Investiture With The Image Of God -- By: Meredith G. Kline

Journal: Westminster Theological Journal
Volume: WTJ 40:1 (Fall 1977)
Article: Investiture With The Image Of God
Author: Meredith G. Kline

Investiture With The Image Of God

Meredith G. Kline

Re-creation in the image of God is, according to one biblical metaphor, an act of investiture. Those who are renewed in the divine likeness are said to “put on” the new man or Christ or resurrection glory.1 Mixing the metaphor, Paul speaks of the perfecting of the divine image at the resurrection as a being clothed upon with a heavenly tabernacle-house (2 Cor. 5:1–4). This curious combination of sartorial and architectural imagery provides a clue to the source of the investiture figure in the symbolism of the Old Testament cult.

I. The Tabernacle—A Replica of the Glory-Spirit

The earth-cosmos was made after the archetypal pattern of the Glory-Spirit referred to in Genesis 1:2 and accordingly is viewed in Scripture as a cosmic royal residence or temple.2 Heaven and earth were established as a holy palace of the Creator-King, with the heaven of heavens in particular corresponding to the Glory-cloud as the seat of his sovereignty.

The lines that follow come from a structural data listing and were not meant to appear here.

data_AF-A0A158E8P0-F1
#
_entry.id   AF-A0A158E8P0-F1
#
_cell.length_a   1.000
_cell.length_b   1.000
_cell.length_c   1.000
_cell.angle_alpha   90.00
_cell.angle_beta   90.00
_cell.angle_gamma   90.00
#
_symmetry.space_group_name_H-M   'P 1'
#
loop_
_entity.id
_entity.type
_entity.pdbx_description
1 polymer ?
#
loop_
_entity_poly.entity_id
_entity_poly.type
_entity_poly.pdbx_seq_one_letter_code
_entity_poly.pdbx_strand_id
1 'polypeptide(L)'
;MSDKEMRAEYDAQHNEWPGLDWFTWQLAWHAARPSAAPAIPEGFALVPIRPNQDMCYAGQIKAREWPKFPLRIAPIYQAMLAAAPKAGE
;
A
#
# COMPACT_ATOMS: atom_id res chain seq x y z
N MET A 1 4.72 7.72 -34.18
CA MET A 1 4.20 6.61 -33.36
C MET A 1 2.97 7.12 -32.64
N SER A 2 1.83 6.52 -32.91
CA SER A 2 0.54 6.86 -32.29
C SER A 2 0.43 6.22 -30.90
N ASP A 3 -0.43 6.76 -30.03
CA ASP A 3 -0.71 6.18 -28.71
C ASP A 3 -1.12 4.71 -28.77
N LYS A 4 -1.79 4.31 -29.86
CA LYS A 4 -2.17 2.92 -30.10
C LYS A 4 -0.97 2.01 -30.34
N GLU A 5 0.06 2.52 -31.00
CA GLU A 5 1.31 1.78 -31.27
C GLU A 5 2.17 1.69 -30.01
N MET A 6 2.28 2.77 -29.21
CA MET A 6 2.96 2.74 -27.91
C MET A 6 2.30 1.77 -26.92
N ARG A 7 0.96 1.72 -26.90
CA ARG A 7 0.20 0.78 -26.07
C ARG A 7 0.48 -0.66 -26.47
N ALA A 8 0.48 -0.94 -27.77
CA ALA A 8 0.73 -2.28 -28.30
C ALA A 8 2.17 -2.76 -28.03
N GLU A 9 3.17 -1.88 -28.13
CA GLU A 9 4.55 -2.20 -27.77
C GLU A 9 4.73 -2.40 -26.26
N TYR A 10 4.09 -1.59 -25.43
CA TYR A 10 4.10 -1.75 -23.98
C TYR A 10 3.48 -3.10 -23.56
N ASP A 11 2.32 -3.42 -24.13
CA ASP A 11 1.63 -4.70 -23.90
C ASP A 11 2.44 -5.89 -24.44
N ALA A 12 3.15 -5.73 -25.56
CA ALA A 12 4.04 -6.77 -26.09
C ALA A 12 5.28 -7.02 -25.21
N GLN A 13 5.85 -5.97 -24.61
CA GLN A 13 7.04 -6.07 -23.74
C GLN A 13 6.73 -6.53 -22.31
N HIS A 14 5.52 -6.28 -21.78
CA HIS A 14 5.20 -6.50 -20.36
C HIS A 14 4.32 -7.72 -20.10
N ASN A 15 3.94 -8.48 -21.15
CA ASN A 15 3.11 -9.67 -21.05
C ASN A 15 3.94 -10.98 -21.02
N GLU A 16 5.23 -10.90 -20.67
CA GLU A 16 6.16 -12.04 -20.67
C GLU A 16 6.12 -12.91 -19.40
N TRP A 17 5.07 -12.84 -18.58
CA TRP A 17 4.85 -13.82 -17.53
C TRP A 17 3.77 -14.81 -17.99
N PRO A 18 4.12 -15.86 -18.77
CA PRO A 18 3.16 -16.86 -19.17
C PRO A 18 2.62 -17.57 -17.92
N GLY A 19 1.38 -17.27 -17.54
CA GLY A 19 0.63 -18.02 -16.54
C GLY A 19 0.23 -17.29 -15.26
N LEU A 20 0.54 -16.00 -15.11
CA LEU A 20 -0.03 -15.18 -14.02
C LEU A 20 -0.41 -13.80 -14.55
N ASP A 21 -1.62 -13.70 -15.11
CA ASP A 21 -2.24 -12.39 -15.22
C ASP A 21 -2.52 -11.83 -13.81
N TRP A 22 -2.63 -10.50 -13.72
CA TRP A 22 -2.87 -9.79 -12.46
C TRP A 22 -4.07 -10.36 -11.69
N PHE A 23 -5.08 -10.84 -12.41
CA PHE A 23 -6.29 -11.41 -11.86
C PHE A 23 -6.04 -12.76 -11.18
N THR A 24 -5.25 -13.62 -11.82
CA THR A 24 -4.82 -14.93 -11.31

Then, preparing a place for the man-priest who was to be created, the Lord God produced in Eden a microcosmic version of his cosmic sanctuary. The garden planted there was holy ground with guardianship of its sanctity committed in turn to men and to cherubim.3 It was the temple-garden of God,4 the place chosen by the Glory-Spirit who hovered over creation from

the beginning to be the focal site of his throne-presence among men.

Such was evidently Ezekiel’s reading of Genesis 2. In the passage where he compares the Prince of Tyre to a figure in the original paradise scene (Ezek. 28:14, 16), he speaks of a covering5 cherub as present there on the holy mountain of God. The Glory theophany thus located by Ezekiel in Eden is prominent in his apocalyptic vision of paradise restored and consummated.6 The same is true of the Johannine treatment of this theme.7 And particularly interesting for its backward illumination of the Edenic prototype is Isaiah’s picture of the eschatological kingdom as a paradise created anew under the heavenly tent-covering of divine Glory:

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